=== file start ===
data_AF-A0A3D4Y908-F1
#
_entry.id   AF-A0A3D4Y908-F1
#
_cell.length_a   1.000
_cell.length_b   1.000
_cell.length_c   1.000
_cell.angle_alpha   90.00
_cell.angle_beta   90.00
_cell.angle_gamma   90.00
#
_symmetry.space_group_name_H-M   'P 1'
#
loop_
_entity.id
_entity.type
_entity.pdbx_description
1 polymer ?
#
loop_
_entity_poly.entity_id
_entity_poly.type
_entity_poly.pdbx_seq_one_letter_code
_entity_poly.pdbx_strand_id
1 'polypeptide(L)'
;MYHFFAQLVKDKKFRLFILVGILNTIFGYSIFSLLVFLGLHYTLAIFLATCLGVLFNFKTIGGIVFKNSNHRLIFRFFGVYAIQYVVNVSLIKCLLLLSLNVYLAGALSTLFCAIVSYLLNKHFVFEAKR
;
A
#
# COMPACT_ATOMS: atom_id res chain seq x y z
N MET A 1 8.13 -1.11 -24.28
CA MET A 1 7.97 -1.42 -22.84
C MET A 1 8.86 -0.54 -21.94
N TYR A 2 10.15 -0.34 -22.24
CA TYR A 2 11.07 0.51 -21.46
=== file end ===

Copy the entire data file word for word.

data_AF-A0A3D4Y908-F1
#
_entry.id   AF-A0A3D4Y908-F1
#
_cell.length_a   1.000
_cell.length_b   1.000
_cell.length_c   1.000
_cell.angle_alpha   90.00
_cell.angle_beta   90.00
_cell.angle_gamma   90.00
#
_symmetry.space_group_name_H-M   'P 1'
#
loop_
_entity.id
_entity.type
_entity.pdbx_description
1 polymer ?
#
loop_
_entity_poly.entity_id
_entity_poly.type
_entity_poly.pdbx_seq_one_letter_code
_entity_poly.pdbx_strand_id
1 'polypeptide(L)'
;MYHFFAQLVKDKKFRLFILVGILNTIFGYSIFSLLVFLGLHYTLAIFLATCLGVLFNFKTIGGIVFKNSNHRLIFRFFGVYAIQYVVNVSLIKCLLLLSLNVYLAGALSTLFCAIVSYLLNKHFVFEAKR
;
A
#
# COMPACT_ATOMS: atom_id res chain seq x y z
N MET A 1 8.13 -1.11 -24.28
CA MET A 1 7.97 -1.42 -22.84
C MET A 1 8.86 -0.54 -21.94
N TYR A 2 10.15 -0.34 -22.24
CA TYR A 2 11.07 0.51 -21.46